04:45 AM Jan 18, 2012
As Asian economies close the gap on Western living standards, an awkward question lurks beneath their seemingly spectacular progress. Can Asians enjoy Western standards of living without destroying the planet?
Mr Chandran Nair, author of Consumptionomics, a book that questions the sustainability of the imported Western growth model, argues that they cannot. His views are controversial. To suggest that Asians must refrain from a Western lifestyle would be regarded by many as an affront to perfectly legitimate and long-delayed aspirations.
But Mr Nair, a Malaysian, says this is denial. How can everyone in China or India eat sushi like the Japanese or drive cars like Americans, he asks, without draining the seas of fish and the deserts of oil? Western capitalism, he says, built its high living standards on abundant resources, partly supplied by colonialism. The US had few people and seemingly limitless resources, the opposite of what is now true in Asia.
The answer, Mr Nair argues, is to price resources properly. You can own a car, but only if you pay for the roads you drive on and the (unsubsidised) petrol you use. That is a stark message both for Westerners and increasingly for Asians, many of whom are coming to see a Western lifestyle as a birthright.
Mr Amartya Sen, the Nobel Prize-winning economist, argues from a different perspective that Asians need to redefine what kind of growth they want. In an essay in Outlook magazine with Jean Drèze, a development economist, he writes that “economic growth is not constitutively the same thing as development”. India has grown strongly for 20 years but “the progress of living standards for common people, as opposed to a favoured minority, has been dreadfully slow”. Growth can be useful. But without public policies to ensure that the fruits of that growth go to improving health, nutrition and education, it has little meaning, he says.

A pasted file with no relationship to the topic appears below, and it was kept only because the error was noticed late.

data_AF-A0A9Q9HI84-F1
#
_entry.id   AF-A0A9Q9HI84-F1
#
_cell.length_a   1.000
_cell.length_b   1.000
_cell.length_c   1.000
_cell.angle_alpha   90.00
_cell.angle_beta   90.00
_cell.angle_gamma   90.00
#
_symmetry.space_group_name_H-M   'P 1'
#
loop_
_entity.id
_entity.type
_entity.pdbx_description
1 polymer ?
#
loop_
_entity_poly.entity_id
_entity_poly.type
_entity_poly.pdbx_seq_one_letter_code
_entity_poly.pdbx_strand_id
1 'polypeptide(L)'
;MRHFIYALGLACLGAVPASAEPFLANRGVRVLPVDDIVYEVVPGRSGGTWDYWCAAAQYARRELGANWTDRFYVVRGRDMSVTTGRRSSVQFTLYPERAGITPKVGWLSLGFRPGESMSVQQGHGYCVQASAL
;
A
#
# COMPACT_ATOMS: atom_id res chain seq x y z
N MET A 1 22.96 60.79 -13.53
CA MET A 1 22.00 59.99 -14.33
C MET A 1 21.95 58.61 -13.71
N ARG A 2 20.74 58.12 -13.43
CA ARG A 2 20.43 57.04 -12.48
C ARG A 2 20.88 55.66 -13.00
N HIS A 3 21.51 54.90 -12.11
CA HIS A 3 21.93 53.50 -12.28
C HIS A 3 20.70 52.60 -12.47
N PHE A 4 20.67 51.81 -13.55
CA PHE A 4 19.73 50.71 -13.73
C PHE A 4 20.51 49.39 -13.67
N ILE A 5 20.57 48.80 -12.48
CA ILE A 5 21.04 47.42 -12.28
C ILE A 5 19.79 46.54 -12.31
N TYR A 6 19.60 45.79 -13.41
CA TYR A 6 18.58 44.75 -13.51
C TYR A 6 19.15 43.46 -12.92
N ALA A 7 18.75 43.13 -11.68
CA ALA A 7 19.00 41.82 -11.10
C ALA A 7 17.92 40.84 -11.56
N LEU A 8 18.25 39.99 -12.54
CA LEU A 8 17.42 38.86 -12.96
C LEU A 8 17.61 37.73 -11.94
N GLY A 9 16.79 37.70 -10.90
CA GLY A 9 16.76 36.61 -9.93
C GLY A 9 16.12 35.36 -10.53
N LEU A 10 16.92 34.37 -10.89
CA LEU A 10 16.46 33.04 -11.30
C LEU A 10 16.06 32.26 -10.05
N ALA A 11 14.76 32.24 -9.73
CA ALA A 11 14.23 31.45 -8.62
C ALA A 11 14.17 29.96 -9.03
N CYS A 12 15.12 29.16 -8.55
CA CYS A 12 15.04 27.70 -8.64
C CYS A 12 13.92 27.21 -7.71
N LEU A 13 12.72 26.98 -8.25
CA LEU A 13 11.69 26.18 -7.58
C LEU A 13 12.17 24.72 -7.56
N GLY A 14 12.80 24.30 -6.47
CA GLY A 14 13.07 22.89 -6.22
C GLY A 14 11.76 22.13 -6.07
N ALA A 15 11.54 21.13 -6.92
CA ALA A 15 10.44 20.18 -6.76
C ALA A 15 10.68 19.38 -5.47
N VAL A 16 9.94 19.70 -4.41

Mr Nair’s concerns are that the majority of Asians are instead being sold a capitalist fantasy. “They’ve gone to the West and bought the idea that wealth trickles down,” he says. “But the gravy’s too thick and there’s not enough to go around.”
Capitalism fantasy with GDP growth
Economic growth is not constitutively the same as development as a Western form of consumerism is not sustainable nor it is suitable for Asians. Now with slowing growth, Asians need to evaluate their priorities instead of being sold a Capitalist fantasy to tweak the areas of development and the goals they want to achieve to pass to their next generation. Examples of capitalistic failures of the US and EU will bring the world on their knees and we need not walk the same paths to realise their mstakes. The lessons learned from mistakes from the past need not be repeated in the future as we seek to improve lives, not to go back into depression economics.
Globalisation results in displacement of jobs if you do not stay relevant by having the right skillsets even though you may be having a University degree, as today’s higher education doesn’t automatically guarantees employment. Evidence can be seen all around us. Have all our talented leaders who have done academically well faced up to the challenges of the “New Economy”? I doubt so.
– Contributed by Oogle.